I Have Schizophrenia: How What You See is Experienced by Me.
The following list is based on what we see in people with schizophrenia and schizoaffective disorder told from a first person perspective.
Maybe it helps to have a glimpse of the inner reasoning behind behaviors we find hard to understand. It’s not a technical/diagnostic list. It’s a way to connect with each other.
It’s based on our years of love reaching beyond the barriers of schizophrenia. Schizophrenia doesn’t go away. The goal for recovery is to manage symptoms so a person’s intelligence, personality and natural strengths and talents can shine.
My Symptoms of Schizophrenia: How What You See Looks and is Experienced by Me
Paranoia: I feel great anxiety about the police and other authority figures. I feel family members, friends and others talk about, criticize, and strategize together against me. I feel others are angry with me and want to persecute me.
Hyper-sensitivity: I am mentally, emotionally, and physically overwhelmed when I feel stress.
Triggers: Certain people, crowds, events, memories of past traumas, over-stimulation in my environment, expectations of others, anxiety that something will happen to my possessions, feeling I am going to be hurt and there is no escape, are some of the things that can cause me to escalate and become emotionally explosive.
Poor Hygiene: I don’t think about it and when I do I don’t have the energy or motivation to bathe or take care of my physical appearance.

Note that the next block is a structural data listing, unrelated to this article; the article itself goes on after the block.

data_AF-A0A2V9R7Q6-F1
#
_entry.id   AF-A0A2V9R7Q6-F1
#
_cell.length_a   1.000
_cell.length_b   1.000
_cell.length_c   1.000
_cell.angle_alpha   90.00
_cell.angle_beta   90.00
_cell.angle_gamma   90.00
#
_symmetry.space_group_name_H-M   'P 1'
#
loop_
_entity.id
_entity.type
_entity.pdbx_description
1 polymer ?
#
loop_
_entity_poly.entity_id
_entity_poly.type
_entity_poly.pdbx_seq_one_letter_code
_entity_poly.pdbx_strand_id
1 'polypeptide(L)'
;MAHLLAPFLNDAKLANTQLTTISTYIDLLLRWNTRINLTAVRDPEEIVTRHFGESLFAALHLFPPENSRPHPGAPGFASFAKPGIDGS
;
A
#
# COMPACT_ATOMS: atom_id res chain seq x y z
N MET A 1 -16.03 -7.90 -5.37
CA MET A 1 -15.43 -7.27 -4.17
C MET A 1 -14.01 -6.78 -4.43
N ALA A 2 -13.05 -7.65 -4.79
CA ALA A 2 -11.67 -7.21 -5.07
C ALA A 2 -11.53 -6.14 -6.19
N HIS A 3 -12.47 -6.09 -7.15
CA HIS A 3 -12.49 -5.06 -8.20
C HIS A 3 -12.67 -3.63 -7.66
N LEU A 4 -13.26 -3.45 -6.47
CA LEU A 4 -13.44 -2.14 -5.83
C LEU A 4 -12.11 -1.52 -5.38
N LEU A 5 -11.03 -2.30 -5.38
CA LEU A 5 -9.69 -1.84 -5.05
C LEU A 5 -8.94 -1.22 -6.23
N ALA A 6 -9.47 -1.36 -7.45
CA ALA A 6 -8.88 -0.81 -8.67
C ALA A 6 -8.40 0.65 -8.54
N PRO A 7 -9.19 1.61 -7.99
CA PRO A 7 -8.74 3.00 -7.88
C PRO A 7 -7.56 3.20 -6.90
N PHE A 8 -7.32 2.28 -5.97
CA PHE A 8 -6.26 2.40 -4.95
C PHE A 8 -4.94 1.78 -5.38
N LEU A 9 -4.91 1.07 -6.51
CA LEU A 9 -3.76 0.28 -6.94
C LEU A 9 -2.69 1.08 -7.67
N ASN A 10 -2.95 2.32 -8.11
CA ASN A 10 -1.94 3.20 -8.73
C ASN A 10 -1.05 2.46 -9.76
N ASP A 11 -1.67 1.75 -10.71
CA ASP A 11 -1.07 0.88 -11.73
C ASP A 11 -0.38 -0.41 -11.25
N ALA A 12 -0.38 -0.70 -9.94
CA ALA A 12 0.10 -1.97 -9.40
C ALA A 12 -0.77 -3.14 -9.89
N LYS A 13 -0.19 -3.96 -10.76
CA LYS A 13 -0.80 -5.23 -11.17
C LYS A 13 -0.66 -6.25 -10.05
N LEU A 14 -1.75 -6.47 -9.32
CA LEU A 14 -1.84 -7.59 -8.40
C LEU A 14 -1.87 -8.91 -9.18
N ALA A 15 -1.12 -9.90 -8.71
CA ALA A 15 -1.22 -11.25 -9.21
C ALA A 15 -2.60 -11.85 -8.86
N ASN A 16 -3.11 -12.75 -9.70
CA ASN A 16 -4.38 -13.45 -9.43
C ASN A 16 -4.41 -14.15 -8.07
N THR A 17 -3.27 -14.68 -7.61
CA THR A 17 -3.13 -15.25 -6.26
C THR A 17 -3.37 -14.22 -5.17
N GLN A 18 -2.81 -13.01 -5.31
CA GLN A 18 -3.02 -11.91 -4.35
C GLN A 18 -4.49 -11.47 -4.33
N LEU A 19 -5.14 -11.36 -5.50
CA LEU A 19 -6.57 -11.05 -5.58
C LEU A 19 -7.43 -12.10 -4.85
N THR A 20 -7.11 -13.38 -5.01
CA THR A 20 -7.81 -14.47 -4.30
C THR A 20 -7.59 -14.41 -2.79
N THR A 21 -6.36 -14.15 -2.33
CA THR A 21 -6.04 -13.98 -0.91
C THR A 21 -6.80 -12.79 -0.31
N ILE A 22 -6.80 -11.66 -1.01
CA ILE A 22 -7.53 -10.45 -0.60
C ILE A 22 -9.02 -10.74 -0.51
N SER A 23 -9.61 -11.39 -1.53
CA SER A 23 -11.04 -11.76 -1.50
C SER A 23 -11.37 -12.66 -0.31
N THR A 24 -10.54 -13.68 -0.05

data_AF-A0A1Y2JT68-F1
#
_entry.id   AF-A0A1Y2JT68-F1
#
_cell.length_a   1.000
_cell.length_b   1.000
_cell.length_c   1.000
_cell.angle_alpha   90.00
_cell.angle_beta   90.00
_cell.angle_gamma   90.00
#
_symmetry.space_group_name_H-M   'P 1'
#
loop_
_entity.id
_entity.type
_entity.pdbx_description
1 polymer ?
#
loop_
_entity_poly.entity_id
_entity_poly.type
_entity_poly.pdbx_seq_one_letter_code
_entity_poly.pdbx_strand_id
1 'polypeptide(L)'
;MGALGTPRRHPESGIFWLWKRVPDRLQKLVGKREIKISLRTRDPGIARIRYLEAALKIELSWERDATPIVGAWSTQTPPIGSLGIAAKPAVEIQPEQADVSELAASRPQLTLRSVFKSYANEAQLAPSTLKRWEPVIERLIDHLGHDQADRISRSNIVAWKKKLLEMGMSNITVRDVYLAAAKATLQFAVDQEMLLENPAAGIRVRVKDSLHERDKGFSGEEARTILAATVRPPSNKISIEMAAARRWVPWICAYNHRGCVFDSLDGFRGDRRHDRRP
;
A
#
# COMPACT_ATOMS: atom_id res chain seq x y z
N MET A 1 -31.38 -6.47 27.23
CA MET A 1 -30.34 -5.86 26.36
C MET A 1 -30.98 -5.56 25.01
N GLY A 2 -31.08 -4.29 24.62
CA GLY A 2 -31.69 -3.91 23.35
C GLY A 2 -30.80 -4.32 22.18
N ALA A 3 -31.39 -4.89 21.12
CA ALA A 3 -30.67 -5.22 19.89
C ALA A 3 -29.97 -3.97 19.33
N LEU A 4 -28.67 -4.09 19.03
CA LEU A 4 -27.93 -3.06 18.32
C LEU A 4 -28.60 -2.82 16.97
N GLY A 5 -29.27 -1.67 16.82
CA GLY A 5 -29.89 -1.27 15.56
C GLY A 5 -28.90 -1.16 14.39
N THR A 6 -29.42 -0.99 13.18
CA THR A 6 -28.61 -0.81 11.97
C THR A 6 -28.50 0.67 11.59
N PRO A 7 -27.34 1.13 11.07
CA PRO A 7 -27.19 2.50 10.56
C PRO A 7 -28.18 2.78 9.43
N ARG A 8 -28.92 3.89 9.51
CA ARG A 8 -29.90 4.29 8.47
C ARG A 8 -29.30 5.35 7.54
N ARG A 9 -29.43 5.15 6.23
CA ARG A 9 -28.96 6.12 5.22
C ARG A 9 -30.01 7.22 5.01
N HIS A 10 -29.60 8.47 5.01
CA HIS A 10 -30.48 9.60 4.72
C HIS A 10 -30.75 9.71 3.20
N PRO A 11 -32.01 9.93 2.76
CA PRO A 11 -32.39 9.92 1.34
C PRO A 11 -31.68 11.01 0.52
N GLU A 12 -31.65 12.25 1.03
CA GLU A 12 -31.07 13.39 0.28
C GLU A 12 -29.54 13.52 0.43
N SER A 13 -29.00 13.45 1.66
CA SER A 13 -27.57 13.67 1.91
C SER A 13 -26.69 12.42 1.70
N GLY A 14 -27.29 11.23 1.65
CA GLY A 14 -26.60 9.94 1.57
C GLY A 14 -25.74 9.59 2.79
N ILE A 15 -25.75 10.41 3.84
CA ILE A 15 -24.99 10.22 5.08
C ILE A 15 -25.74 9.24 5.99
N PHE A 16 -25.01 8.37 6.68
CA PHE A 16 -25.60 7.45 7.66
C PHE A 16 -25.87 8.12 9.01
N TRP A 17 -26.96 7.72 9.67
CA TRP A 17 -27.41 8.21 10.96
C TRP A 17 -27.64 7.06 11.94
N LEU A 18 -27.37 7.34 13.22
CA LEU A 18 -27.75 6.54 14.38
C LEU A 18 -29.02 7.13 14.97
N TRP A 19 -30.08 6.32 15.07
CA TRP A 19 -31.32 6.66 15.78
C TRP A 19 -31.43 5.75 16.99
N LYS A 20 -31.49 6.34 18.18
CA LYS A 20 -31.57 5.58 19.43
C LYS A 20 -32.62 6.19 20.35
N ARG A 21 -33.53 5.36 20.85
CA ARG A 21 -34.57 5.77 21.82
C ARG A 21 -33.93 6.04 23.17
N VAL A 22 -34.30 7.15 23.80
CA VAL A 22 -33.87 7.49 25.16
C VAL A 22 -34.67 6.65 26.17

Poor nutrition: I obsess about my food. I have food rituals and beliefs about what I can and cannot eat based on what I believe about my body and specific foods. The foods I am willing to eat are few and I eat them when I feel the urge rather than by schedule.
Lack of dental and medical care: I don’t think about going to the doctor. I can’t afford it and anyway I don’t realize when my aches and pains or physical discomfort warrant medical attention. I believe I know what my body needs and can take care of it myself. I feel anxiety when I have to make an appointment, go to a doctor’s office, talk to a doctor. When I talk to the doctor I can’t remember the concerns I had or questions I wanted to ask. I don’t receive the care I need because I have trouble communicating with my medical providers.
Simplified life: I’ve given a lot of my stuff away. The less the better. I don’t need it and I can focus on the few possessions I have. What I own can basically fit in my room. And these things are very important to me. I have my own beliefs about how I need to take care of my possessions and I’m responsible and conscientious based on those beliefs. I become anxious and agitated when others tell me I should take care of my possessions in another way.